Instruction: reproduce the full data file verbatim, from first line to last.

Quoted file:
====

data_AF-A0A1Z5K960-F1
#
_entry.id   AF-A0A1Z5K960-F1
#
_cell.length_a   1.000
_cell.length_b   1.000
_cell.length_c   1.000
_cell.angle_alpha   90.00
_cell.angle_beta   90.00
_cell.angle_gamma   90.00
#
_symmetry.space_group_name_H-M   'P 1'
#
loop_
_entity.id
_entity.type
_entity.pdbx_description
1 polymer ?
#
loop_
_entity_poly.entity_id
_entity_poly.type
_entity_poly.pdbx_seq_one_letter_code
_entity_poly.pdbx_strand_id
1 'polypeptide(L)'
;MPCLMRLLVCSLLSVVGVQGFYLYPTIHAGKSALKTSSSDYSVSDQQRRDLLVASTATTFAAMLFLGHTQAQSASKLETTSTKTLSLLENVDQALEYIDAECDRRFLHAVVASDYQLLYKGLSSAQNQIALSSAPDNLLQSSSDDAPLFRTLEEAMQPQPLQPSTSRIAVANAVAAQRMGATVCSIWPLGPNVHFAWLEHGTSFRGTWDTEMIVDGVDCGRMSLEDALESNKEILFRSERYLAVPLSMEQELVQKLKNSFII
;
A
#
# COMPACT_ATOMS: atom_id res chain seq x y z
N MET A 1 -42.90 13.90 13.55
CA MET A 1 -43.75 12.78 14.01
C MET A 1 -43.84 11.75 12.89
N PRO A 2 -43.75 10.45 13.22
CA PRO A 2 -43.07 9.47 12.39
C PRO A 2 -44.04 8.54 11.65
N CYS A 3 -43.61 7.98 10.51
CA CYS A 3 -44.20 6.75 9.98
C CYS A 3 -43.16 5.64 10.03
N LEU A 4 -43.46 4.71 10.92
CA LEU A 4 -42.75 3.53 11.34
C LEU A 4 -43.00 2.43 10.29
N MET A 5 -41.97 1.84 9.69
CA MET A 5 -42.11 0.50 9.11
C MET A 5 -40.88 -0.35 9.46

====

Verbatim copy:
data_AF-A0A1Z5K960-F1
#
_entry.id   AF-A0A1Z5K960-F1
#
_cell.length_a   1.000
_cell.length_b   1.000
_cell.length_c   1.000
_cell.angle_alpha   90.00
_cell.angle_beta   90.00
_cell.angle_gamma   90.00
#
_symmetry.space_group_name_H-M   'P 1'
#
loop_
_entity.id
_entity.type
_entity.pdbx_description
1 polymer ?
#
loop_
_entity_poly.entity_id
_entity_poly.type
_entity_poly.pdbx_seq_one_letter_code
_entity_poly.pdbx_strand_id
1 'polypeptide(L)'
;MPCLMRLLVCSLLSVVGVQGFYLYPTIHAGKSALKTSSSDYSVSDQQRRDLLVASTATTFAAMLFLGHTQAQSASKLETTSTKTLSLLENVDQALEYIDAECDRRFLHAVVASDYQLLYKGLSSAQNQIALSSAPDNLLQSSSDDAPLFRTLEEAMQPQPLQPSTSRIAVANAVAAQRMGATVCSIWPLGPNVHFAWLEHGTSFRGTWDTEMIVDGVDCGRMSLEDALESNKEILFRSERYLAVPLSMEQELVQKLKNSFII
;
A
#
# COMPACT_ATOMS: atom_id res chain seq x y z
N MET A 1 -42.90 13.90 13.55
CA MET A 1 -43.75 12.78 14.01
C MET A 1 -43.84 11.75 12.89
N PRO A 2 -43.75 10.45 13.22
CA PRO A 2 -43.07 9.47 12.39
C PRO A 2 -44.04 8.54 11.65
N CYS A 3 -43.61 7.98 10.51
CA CYS A 3 -44.20 6.75 9.98
C CYS A 3 -43.16 5.64 10.03
N LEU A 4 -43.46 4.71 10.92
CA LEU A 4 -42.75 3.53 11.34
C LEU A 4 -43.00 2.43 10.29
N MET A 5 -41.97 1.84 9.69
CA MET A 5 -42.11 0.50 9.11
C MET A 5 -40.88 -0.35 9.46